OK, if you want a slightly more serious response:
The Bits are nice synths - build quality is good, keyboards are lovely and springy, you get velocity sensitivity, they look nice and sleek, and they have a fairly typical Curtis brassiness (clearly I'm only referring to the bulk of them here, only the very earliest BitOnes had SSM filters). It's nice to have MIDI and splits/layers, and there are good features in the synth engine itself - two LFOs that are fully independently routable to multiple destinations including with velocity sensitivity and mod wheel amount - probably one of the best features of them, IMO.
But then there are the downsides of the Bits - those oscillators are the most static I've ever heard on anything, ever - and so to counteract this, I use some subtle LFO modulation to pitch. This immediately ties up one of the two, leaving the commonly-found single LFO for other duties, so no great killer there - but even so, the possibilities are then reduced and that may be one of the factors in the general ignorance of the Bits. I do think they are very under-rated and under-apppreciated, but the main downfall is the interface - not a single data slider or knob, it's all down to button-pushing. That makes even minor changes a pain in the region of your choice, and going from 0 to 99 is no fun at all. The buttons are not that lovely to push, either. For me, this is the major factor in why I do not use my Bit99 more. I've made some very nice patches, and the thing can sound bloody lovely through a good reverb, but it's just not much fun to program.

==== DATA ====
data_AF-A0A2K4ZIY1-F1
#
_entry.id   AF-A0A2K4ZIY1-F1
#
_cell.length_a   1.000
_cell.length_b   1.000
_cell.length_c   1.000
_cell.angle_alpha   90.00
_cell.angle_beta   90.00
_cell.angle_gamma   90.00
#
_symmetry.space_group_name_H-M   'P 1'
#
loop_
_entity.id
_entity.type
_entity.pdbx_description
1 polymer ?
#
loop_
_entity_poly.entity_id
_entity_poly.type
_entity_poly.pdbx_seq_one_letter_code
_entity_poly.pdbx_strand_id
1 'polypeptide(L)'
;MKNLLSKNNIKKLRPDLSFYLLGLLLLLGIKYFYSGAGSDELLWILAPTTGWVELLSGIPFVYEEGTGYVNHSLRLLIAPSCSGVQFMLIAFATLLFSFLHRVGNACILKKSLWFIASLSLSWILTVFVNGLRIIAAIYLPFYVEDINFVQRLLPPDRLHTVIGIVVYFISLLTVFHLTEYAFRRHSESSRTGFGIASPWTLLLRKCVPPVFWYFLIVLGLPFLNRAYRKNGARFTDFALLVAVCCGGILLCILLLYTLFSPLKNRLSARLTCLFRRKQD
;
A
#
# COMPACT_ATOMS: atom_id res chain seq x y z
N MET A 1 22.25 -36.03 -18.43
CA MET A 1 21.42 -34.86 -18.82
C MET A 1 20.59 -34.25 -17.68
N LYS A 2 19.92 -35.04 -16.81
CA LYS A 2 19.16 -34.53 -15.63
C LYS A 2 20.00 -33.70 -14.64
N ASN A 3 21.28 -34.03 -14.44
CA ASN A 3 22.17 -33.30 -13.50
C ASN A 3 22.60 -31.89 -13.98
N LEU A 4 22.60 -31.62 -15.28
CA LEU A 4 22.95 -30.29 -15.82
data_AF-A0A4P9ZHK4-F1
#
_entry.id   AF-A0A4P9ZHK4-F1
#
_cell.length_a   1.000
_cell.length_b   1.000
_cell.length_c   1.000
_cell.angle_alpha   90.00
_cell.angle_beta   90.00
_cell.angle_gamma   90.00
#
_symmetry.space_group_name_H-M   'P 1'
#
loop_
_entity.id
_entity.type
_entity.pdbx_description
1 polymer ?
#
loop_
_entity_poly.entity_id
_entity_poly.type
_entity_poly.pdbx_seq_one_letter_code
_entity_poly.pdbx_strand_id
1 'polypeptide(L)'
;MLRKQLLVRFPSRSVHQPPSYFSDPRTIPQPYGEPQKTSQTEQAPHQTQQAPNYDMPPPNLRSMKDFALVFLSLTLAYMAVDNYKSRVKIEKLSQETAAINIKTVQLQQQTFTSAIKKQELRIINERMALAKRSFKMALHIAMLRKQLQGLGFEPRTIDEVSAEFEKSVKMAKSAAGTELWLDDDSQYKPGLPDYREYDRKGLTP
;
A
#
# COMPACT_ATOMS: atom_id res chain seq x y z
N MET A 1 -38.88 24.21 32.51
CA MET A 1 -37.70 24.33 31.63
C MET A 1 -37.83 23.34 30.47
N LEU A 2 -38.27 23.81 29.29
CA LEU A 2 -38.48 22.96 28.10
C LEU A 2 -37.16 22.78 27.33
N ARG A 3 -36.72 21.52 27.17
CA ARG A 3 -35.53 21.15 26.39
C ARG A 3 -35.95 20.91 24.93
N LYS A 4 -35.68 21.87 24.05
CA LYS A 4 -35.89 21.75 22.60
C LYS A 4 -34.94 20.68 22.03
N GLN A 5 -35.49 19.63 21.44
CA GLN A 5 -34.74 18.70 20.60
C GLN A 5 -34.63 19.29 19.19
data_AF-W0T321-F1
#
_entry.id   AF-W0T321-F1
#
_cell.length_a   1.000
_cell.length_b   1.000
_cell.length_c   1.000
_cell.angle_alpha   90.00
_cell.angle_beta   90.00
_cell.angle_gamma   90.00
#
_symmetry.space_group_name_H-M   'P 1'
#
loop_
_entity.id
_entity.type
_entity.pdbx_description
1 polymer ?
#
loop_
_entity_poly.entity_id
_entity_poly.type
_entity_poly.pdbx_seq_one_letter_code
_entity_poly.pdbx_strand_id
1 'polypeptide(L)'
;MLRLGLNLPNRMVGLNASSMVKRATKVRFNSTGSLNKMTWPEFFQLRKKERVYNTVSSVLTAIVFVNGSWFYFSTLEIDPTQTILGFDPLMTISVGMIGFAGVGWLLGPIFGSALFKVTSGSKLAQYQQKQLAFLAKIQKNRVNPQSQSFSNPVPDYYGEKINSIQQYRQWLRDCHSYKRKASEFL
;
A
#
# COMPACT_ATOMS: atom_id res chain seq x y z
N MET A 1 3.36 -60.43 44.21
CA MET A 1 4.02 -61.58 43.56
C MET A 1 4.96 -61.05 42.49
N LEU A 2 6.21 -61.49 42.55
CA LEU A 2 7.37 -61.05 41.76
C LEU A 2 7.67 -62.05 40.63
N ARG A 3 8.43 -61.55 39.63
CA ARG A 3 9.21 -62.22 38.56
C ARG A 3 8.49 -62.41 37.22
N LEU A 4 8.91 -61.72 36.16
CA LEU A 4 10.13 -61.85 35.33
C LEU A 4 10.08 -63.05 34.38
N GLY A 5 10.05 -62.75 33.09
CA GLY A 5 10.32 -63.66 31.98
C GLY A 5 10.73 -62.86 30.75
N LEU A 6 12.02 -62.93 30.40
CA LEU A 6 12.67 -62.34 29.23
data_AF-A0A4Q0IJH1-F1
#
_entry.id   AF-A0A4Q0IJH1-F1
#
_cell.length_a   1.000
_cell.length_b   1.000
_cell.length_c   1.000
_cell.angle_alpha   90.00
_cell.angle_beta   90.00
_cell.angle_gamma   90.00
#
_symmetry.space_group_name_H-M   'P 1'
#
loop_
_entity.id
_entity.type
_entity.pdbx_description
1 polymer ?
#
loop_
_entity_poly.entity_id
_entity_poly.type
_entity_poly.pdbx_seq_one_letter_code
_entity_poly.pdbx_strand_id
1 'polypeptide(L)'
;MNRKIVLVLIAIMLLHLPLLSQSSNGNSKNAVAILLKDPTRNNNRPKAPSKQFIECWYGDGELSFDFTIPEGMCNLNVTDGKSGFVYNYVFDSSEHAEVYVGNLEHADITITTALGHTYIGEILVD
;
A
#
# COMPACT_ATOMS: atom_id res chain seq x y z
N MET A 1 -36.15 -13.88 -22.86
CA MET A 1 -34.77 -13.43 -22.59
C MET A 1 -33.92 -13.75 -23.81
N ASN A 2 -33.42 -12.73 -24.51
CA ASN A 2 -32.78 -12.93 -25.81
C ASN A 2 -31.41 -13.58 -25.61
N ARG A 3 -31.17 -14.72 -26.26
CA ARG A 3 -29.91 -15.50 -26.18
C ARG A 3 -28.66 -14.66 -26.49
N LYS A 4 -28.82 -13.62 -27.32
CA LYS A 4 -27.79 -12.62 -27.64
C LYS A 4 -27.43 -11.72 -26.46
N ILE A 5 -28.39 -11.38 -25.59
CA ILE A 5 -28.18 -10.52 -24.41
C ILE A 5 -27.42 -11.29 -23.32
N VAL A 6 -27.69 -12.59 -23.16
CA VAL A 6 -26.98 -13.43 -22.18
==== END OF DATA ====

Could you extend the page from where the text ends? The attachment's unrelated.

There's no PWM via LFO, which is odd - but you do get velocity control of it, which is nice. The One and 01/99 have different modulations for this, so my comments are based on the 99. Also, there are weird phasings going on between the oscs sometimes, that can distort the filter - I think it might have something to do with the way the waves are generated and so tightly locked.
When it sounds good, the Bit is a great bit of kit - but you really need to spend so much time programming it, other synths tend to be more useful.
As for the Obie, well, I've never used one. I get the impression they're going to be more intuitive to program and easier to navigate, and that the oscs will not be so fixed as is.
Comparisons are never going to be based solely on sound - though if you want an opinion based on direct experience, I think they sound quite like the Obie Matrix 6R I had for a while - though the 6R had the benefit of a wider array of modulation, and looser oscs, it shared the slightly painful editing process. I like my Bit, but I'm looking to sell it because, as nice as it is, and as unique as some of its features are, I never use it and the space could be better served by something I will use. If you're looking to buy one, the Bits are a great deal cheaper than any vintage OB-X-type, and I'd recommend trying one to see if you get along with it. That's all.